Thinking about jumping in the fray and creating your own team?  It is both very simple and very difficult - depending on your perspective

For starters, here are the things you will need to consider

  • Pick a team name.  The most fun part of the process

  • Choose team colors and make a logo. is a great source for the logo

  • Source uniforms.  Plenty of different options.  Try to control it yourself as best as you can.  Kids will come and go; your initial purchase will not last the entire season.  If you buy some expensive, custom made thing, you will cause yourself problems down the line

  • Don't forget hoodies and bat bags.  Most teams match with these.  Bat bags probably are not super necessary, but teams that warm up in frigid weather in the winter months and all the kids are wearing mismatched sweatshirts look super sloppy

Okay, now you have your basic concept and infrastructure in place, so move on to the next step - finding ballplayers.  Here is a strong piece of advice; if you don't have a core of kids already in place, think very, very hard if you want to do this.  Every year there are countless looking for player advertisements placed, and most of those teams never come to fruition and hit the field.  There was this guy who came in full ball buster style advertising his brand new program - Diamond Power, I believe it was.  He was going to field teams from 8u-18u with AA and majors at every level.  He had this training facility, was going to do private instruction, hire countless coaches, etc.  He had a fancy website, it all looked pretty sharp.  I never saw a single Diamond Power team in a tournament and he eventually disappeared.  Moral of the story is you can't just build it and expect them to come

But let's say you have a handful of kids and you are ready to add a handful more so you can compete.  Your next step is to advertise your team.  There are a few places you want to contact to get your information out to the public

Keep your ad short and sweet.  Highlight why parents would be interested in your team.  Don't oversell it, be honest.  You will get some responses, but your phone won't start blowing up

If you take nothing else from this blog entry, remember this:  do not hold an open tryout.  Only the big daddy's can host an open tryout and get numerous kids to show up.  If you do it, you will be fortunate to get one kid to attend.  You will be embarrassed and frustrated.  Much better to simply invite kids out to a practice for an evaluation when they contact you

Eventually, if you persevere, you will get your ten kids and be ready to get this going.  Here are your next steps

  • Purchase insurance for your team.  It costs around $125 or so for the full year. and are good sources.  Remember, too, that at various times you will need to add additional insured to your policy.  This is kind of a pain in the rear, but a necessary evil.  Keep in touch with your insurer because you will need their assistance

  • Utilize a team organization app for your messaging purposes.  TeamSnap and Sports Engine are good ones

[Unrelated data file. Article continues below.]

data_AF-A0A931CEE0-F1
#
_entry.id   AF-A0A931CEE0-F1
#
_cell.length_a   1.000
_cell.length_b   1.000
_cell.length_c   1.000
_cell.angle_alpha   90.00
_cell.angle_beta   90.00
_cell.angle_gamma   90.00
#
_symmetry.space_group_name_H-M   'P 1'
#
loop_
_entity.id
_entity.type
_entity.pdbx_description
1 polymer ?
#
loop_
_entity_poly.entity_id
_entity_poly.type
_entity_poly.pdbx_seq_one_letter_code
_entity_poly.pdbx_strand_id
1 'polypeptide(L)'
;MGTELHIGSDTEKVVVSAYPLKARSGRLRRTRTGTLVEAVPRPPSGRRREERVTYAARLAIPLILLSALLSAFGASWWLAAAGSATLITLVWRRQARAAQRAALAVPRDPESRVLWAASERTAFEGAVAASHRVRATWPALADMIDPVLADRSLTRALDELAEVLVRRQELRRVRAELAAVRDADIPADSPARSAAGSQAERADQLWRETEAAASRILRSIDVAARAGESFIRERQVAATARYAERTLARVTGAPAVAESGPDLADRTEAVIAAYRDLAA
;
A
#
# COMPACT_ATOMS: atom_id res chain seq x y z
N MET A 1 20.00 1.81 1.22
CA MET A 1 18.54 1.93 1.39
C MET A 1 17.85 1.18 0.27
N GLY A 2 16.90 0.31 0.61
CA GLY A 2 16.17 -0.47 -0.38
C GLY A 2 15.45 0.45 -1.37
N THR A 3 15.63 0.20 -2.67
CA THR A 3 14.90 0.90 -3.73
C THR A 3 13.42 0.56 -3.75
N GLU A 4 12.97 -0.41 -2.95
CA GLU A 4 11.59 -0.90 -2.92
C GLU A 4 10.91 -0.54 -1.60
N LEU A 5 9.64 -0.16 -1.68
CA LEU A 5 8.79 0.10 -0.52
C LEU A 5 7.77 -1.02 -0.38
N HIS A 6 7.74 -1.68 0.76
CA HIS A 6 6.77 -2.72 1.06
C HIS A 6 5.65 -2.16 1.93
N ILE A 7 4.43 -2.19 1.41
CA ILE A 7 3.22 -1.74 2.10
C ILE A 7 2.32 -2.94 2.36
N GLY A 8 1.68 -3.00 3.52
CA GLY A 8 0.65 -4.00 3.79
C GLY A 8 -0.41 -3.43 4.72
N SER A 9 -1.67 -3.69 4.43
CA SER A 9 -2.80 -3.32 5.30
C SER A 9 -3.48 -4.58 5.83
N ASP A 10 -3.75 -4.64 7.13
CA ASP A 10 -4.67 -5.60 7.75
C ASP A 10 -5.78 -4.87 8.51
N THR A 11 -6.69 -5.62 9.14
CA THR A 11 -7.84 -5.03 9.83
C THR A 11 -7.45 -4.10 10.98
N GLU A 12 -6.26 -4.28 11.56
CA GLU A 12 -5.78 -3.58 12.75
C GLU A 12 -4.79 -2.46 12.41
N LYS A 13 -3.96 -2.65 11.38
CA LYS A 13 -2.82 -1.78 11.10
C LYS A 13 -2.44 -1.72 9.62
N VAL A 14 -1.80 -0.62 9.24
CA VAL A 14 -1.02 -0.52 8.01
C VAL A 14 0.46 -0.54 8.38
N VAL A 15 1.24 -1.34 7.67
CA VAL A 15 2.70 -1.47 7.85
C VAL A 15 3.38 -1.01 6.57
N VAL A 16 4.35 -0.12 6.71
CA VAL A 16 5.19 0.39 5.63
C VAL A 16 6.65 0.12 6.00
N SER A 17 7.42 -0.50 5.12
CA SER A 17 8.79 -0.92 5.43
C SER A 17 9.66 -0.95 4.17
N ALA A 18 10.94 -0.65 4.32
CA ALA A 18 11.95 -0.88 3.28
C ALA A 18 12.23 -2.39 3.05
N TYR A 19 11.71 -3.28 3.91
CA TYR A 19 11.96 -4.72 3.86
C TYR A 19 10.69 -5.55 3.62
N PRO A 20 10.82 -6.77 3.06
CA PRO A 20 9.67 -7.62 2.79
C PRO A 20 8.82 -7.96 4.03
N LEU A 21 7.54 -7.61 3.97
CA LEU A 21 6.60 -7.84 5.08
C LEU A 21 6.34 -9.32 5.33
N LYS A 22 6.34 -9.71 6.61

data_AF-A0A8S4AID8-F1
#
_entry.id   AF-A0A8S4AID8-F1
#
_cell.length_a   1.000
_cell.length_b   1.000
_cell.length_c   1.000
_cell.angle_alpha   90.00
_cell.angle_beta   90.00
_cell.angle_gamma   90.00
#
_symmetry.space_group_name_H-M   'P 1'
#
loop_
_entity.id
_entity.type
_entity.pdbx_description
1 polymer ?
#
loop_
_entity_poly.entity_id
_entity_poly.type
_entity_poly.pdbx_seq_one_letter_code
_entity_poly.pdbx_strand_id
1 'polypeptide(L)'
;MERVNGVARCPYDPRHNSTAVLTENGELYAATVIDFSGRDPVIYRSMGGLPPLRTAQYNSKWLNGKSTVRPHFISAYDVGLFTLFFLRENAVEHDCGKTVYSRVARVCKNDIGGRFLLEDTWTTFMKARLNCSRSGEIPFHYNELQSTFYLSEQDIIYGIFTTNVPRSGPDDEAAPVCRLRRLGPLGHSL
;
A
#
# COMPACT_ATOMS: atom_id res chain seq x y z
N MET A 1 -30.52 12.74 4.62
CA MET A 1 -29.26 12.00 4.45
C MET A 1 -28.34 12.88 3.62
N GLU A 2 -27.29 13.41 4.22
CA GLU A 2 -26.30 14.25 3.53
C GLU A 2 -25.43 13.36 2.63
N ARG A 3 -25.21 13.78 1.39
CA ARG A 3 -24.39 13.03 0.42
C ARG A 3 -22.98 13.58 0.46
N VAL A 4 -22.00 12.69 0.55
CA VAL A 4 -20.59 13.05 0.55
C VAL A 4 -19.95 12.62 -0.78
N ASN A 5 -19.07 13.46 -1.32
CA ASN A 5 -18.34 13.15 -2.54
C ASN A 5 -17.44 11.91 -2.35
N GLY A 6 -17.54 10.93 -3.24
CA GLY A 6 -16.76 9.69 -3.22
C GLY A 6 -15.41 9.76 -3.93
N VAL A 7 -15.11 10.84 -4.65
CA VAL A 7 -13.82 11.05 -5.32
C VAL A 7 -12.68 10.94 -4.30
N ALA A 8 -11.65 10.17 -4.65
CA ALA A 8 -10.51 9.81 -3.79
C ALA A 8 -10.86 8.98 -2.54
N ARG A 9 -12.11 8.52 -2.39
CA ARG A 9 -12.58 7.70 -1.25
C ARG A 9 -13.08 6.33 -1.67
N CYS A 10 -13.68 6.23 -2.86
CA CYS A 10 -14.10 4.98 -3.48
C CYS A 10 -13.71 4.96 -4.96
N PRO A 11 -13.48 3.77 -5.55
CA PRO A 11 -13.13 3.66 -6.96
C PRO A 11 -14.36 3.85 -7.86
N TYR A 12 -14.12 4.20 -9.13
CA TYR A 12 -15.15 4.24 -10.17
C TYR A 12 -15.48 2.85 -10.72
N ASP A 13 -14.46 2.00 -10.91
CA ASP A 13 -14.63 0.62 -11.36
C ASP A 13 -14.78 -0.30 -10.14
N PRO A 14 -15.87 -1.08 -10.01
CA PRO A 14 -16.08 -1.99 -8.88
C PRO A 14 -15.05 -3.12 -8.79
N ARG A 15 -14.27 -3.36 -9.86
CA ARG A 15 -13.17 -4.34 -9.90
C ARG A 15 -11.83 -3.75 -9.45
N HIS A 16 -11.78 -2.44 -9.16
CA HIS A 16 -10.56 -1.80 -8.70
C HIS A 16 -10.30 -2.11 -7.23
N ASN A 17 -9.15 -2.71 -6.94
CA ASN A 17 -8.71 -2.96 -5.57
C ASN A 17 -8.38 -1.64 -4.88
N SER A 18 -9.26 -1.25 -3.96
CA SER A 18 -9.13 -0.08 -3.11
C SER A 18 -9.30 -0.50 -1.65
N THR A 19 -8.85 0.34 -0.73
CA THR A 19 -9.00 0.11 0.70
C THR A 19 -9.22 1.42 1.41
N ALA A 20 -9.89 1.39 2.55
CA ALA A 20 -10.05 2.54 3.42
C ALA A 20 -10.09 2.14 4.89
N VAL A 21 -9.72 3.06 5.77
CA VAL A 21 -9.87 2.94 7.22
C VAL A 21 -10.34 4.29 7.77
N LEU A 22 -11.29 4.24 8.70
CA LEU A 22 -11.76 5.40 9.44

• Sign up for Game Changer.  You can still use the old version, or switch to the new team manager version.  A great deal of teams use Game Changer and your fans and opponents will appreciate you when you are on it.  There are other scoring apps, but Game Changer is pretty amazing and very inexpensive.  There is a reason it is so popular

  • Collect copies of birth certificates from all of your players.  At this time, USSSA is the only dinosaur that still requires physical birth certificates at check in, but you will need them if you play their events

  • Important.  Make a ledger for yourself that has every players parent email along with each kid's birth date, graduation year, and uniform number.  You will need this information when you have to enter your team in every single tournament companies website.  Have it on hand, so you don't have to keep digging for the info later

  • Find fields to practice on.  In the summer, it is simple, because many fields are wide open to be used.  It becomes far more difficult once daylight savings end and you need lights.  At this point, you need to rent fields and purchase lights.  This is accomplished either through County, City of Las Vegas, or Henderson.  It would be an entire separate blog to go through this convoluted process, but feel free to email for more information

  • Keep in mind, too, that Little League has priority over club ball teams because it is non profit.  They control many of the fields during the spring and fall season so that limits your practice options even further

Now you've been practicing, you are confident you are ready to play your first tournament.  It's time to consider your tournament schedule

  • Learn all of the major players for events both locally and nearby

  • Do not plan out your entire tournament schedule in the first two weeks.  While we all want to get out in advance of these things to give families plenty of planning time, not every tournament pans out how you hope.  You need to understand your team.  Do not continue to enter tournaments when you don't have suitable competition.  Do not continue to enter tournaments where you get your butt whupped.  Always check the "who's coming" list.  You will learn the teams.  Sometimes you may want to push your team, sometimes you may want to play some easier competition.  The point is, you need to play it by ear to a certain point so don't get too ahead of yourself

  • Make sure you plan a couple out of town tournaments.  Many teams have been playing out of town over  the past year, but as things get back to normal with local play, don't forget the importance of the travel tourney.  It is a great way for families to hang out and bond, and it creates a memorable experience for the kids